What Happened to Hurricane Season?
Listen closely and you just might hear a pin dropping into the ocean. That's how quiet this hurricane season has been in the Atlantic.
The eight named storms thus far are only one short of the nine expected at this point in an average season. But only two have become hurricanes -- in an average season five storms would have reached hurricane strength by now -- and most storms have been short-lived and have largely steered clear of land.
Capital Weather Gang hurricane expert Greg Postel says a major late-season surge in storm activity doesn't seem likely.
"Conditions may allow for some tropical development later this month," Postel said. "But the window of opportunity is rapidly closing on our hurricane season."
A telling statistic of this year's lack of tropical firepower is the Accumulated Cyclone Energy index, an overall measure of tropical season activity based on frequency, duration and intensity of storms. The index for the North Atlantic is about 50% below average for the season so far.
And if that's too technical for you, here's another indicator of inactivity, courtesy the hurricane blog of former National Hurricane Center director Max Mayfield: The total number of NHC aircraft missions for 2009 was 33 as of Oct. 7, compared with an average of 130 in each of the previous five years.
Tropical experts credit El Nino with fostering an environment that has been more hostile to hurricane formation than anticipated -- preseason forecasts were for a near- to slightly above-average number of storms. El Nino, the periodic warming of the ocean waters in the equatorial Pacific, creates winds over the Atlantic that change direction and speed with height and tend to rip storms apart, or prevent them from forming in the first place.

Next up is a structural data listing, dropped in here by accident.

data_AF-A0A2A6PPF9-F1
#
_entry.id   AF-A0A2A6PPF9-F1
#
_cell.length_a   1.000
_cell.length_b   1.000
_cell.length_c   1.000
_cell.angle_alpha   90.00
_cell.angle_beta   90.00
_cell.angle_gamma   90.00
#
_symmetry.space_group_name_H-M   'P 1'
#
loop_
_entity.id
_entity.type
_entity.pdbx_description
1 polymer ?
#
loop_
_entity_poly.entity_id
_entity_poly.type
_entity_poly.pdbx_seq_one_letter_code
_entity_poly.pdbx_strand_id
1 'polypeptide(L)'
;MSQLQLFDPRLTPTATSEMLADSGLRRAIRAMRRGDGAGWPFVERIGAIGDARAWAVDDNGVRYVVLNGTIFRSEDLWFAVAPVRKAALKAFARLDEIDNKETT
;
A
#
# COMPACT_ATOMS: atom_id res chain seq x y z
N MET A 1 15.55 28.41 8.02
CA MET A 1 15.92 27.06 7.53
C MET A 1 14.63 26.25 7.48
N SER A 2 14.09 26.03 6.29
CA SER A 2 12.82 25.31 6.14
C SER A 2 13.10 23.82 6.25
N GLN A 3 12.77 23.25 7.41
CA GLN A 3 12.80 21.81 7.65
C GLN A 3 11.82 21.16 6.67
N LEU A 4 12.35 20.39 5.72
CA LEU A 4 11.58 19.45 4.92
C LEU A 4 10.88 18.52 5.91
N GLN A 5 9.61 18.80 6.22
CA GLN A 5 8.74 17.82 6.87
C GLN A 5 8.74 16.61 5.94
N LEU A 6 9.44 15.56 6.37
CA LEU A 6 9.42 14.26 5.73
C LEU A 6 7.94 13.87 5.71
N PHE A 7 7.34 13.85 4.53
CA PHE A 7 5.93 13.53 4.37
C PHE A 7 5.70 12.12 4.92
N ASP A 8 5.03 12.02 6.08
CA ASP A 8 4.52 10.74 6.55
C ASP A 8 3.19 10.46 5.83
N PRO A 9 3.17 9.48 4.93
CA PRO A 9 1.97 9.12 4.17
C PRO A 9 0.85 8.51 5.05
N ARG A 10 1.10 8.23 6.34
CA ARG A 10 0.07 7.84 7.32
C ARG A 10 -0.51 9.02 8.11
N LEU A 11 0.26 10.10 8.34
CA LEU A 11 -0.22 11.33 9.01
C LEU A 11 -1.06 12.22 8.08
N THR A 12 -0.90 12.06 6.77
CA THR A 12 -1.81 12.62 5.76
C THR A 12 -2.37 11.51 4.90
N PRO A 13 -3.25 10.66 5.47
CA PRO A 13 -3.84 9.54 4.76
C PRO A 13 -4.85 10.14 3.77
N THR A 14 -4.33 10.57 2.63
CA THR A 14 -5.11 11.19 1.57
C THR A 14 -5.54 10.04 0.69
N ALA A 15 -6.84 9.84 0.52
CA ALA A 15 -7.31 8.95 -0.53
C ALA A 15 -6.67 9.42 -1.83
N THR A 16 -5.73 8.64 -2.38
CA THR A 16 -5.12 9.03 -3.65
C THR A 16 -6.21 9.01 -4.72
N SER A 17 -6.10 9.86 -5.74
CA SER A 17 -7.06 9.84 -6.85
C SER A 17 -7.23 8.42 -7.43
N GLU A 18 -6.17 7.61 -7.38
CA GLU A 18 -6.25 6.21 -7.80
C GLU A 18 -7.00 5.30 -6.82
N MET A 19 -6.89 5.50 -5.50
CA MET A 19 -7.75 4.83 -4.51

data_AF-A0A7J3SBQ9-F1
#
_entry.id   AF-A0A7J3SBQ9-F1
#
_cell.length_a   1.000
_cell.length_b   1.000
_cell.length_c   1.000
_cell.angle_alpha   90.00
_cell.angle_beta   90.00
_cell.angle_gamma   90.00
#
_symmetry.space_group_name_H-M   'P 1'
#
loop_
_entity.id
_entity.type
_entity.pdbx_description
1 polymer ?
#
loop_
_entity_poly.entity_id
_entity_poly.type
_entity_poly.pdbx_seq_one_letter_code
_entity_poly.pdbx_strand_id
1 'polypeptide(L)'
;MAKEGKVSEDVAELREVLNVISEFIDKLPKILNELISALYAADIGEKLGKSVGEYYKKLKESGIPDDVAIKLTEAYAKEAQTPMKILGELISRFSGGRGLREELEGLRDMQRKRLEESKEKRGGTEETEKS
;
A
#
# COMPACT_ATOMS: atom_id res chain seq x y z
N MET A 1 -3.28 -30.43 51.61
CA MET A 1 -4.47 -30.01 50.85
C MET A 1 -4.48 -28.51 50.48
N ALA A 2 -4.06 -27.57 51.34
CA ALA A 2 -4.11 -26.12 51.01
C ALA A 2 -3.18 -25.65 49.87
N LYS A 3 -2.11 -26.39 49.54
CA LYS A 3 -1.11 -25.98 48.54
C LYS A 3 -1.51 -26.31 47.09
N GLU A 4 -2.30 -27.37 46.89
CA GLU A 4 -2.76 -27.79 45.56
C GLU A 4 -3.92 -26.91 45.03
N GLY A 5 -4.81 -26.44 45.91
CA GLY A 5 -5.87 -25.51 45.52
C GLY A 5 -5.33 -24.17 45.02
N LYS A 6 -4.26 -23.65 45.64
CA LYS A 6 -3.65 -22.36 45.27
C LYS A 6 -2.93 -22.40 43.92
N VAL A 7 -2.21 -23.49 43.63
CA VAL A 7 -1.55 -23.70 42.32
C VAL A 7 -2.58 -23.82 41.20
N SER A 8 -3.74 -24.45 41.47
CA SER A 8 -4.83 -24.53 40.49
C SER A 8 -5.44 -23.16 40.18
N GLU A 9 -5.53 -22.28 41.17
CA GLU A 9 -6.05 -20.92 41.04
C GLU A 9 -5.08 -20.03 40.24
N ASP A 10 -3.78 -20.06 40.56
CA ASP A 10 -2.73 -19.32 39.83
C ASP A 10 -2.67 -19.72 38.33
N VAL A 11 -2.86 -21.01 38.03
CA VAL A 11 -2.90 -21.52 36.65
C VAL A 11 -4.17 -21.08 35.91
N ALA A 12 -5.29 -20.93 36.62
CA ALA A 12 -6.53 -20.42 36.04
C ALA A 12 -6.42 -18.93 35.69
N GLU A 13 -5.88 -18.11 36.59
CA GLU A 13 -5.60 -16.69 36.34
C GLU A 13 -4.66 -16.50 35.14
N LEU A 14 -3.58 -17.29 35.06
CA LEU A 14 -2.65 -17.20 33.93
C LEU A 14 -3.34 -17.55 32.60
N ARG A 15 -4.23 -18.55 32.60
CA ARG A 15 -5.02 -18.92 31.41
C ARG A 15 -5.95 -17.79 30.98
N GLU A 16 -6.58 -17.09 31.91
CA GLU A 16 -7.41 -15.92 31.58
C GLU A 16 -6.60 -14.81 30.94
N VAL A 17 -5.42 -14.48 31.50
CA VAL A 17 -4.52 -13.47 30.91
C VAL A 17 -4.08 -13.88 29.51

An abundance of dry air over the Atlantic has also hampered storm development, forecasters say.
An editorial in the Times-Picayune called the quiet hurricane season "a blessing for Louisiana." The Gulf Coast has been particularly barren of tropical weather, with the few threats to the U.S. mainland that have materialized focused mainly on the Atlantic coast.
Jeff Masters, director of meteorology for the Weather Underground, says the lack of hurricane activity is a welcome break after a busy 2008 season, which saw 16 named storms and eight hurricanes, both above the averages of 10 and six, respectively. More than 1,000 deaths worldwide and over $40 billion in damages were attributed to the 2008 Atlantic hurricane season.
To date, damages for the 2009 season are estimated at only $500 million with 15 fatalities.
"The primary mood is relief, since we certainly needed a break after last year's destructive hurricane season," said Masters, who writes a popular blog on wunderground.com. "The other mood is crabbiness, as the hurricane enthusiasts that find themselves with nothing to track get bored and start arguing [on the blog] about inconsequential things."
Jeff Berardelli, a meteorologist for WFOR-TV in Miami, has experienced that same conflicting dynamic firsthand.
"As a person living in Miami I am more than grateful that no hurricanes have come our way," Berardelli said. "As a meteorologist it has been kind of boring."
With under two months remaining in hurricane season, which officially ends Nov. 30, forecasters and organizations such as the Red Cross warn this is no time for residents of hurricane-prone areas to get complacent.
"It should be quieter than we're used to, but I think we'll still get at least one or two more named storms," Masters said. "I give a 40% chance we'll get a hurricane in the Caribbean or Gulf of Mexico."
| October 11, 2009; 2:30 PM ET
Categories: Tropical Weather | Tags: 2009 hurricane season, hurricane, hurricanes
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